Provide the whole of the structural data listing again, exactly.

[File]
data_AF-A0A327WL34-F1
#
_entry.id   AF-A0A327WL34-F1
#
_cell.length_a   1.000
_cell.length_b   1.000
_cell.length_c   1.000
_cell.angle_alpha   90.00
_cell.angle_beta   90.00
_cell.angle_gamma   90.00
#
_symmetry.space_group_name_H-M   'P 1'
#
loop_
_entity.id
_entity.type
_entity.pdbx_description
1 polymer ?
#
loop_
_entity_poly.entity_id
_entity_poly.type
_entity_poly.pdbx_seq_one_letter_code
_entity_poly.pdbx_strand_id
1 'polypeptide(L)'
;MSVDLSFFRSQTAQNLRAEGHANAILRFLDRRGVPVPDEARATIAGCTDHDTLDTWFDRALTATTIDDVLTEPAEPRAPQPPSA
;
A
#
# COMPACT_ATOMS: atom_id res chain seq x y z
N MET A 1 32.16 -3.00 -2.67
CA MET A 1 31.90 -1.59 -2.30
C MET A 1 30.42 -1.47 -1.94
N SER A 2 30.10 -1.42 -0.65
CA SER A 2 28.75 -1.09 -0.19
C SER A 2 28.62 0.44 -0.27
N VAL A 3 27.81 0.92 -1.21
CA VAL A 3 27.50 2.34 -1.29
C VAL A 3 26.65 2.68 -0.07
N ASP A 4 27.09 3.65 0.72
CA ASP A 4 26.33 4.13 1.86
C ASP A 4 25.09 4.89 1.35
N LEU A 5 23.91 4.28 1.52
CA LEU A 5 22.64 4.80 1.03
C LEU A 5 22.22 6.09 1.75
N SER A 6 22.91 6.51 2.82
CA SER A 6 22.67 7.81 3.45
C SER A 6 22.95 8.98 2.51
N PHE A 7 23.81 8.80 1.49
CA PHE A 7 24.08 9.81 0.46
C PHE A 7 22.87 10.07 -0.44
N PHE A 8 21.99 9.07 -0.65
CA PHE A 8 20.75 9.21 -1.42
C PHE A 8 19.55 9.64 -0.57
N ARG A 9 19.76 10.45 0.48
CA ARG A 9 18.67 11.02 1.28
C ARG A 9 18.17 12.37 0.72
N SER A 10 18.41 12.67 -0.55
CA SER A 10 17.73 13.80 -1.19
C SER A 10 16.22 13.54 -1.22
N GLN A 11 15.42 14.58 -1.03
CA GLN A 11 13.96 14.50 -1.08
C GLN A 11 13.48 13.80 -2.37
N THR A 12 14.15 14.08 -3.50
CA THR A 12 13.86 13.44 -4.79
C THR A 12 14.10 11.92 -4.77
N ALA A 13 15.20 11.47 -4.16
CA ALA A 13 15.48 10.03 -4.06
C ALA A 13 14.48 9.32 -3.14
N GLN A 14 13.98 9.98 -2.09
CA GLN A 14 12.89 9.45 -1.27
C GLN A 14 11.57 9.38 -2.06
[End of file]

data_AF-A0A327WL34-F1
#
_entry.id   AF-A0A327WL34-F1
#
_cell.length_a   1.000
_cell.length_b   1.000
_cell.length_c   1.000
_cell.angle_alpha   90.00
_cell.angle_beta   90.00
_cell.angle_gamma   90.00
#
_symmetry.space_group_name_H-M   'P 1'
#
loop_
_entity.id
_entity.type
_entity.pdbx_description
1 polymer ?
#
loop_
_entity_poly.entity_id
_entity_poly.type
_entity_poly.pdbx_seq_one_letter_code
_entity_poly.pdbx_strand_id
1 'polypeptide(L)'
;MSVDLSFFRSQTAQNLRAEGHANAILRFLDRRGVPVPDEARATIAGCTDHDTLDTWFDRALTATTIDDVLTEPAEPRAPQPPSA
;
A
#
# COMPACT_ATOMS: atom_id res chain seq x y z
N MET A 1 32.16 -3.00 -2.67
CA MET A 1 31.90 -1.59 -2.30
C MET A 1 30.42 -1.47 -1.94
N SER A 2 30.10 -1.42 -0.65
CA SER A 2 28.75 -1.09 -0.19
C SER A 2 28.62 0.44 -0.27
N VAL A 3 27.81 0.92 -1.21
CA VAL A 3 27.50 2.34 -1.29
C VAL A 3 26.65 2.68 -0.07
N ASP A 4 27.09 3.65 0.72
CA ASP A 4 26.33 4.13 1.86
C ASP A 4 25.09 4.89 1.35
N LEU A 5 23.91 4.28 1.52
CA LEU A 5 22.64 4.80 1.03
C LEU A 5 22.22 6.09 1.75
N SER A 6 22.91 6.51 2.82
CA SER A 6 22.67 7.81 3.45
C SER A 6 22.95 8.98 2.51
N PHE A 7 23.81 8.80 1.49
CA PHE A 7 24.08 9.81 0.46
C PHE A 7 22.87 10.07 -0.44
N PHE A 8 21.99 9.07 -0.65
CA PHE A 8 20.75 9.21 -1.42
C PHE A 8 19.55 9.64 -0.57
N ARG A 9 19.76 10.45 0.48
CA ARG A 9 18.67 11.02 1.28
C ARG A 9 18.17 12.37 0.72
N SER A 10 18.41 12.67 -0.55
CA SER A 10 17.73 13.80 -1.19
C SER A 10 16.22 13.54 -1.22
N GLN A 11 15.42 14.58 -1.03
CA GLN A 11 13.96 14.50 -1.08
C GLN A 11 13.48 13.80 -2.37
N THR A 12 14.15 14.08 -3.50
CA THR A 12 13.86 13.44 -4.79
C THR A 12 14.10 11.92 -4.77
N ALA A 13 15.20 11.47 -4.16
CA ALA A 13 15.48 10.03 -4.06
C ALA A 13 14.48 9.32 -3.14
N GLN A 14 13.98 9.98 -2.09
CA GLN A 14 12.89 9.45 -1.27
C GLN A 14 11.57 9.38 -2.06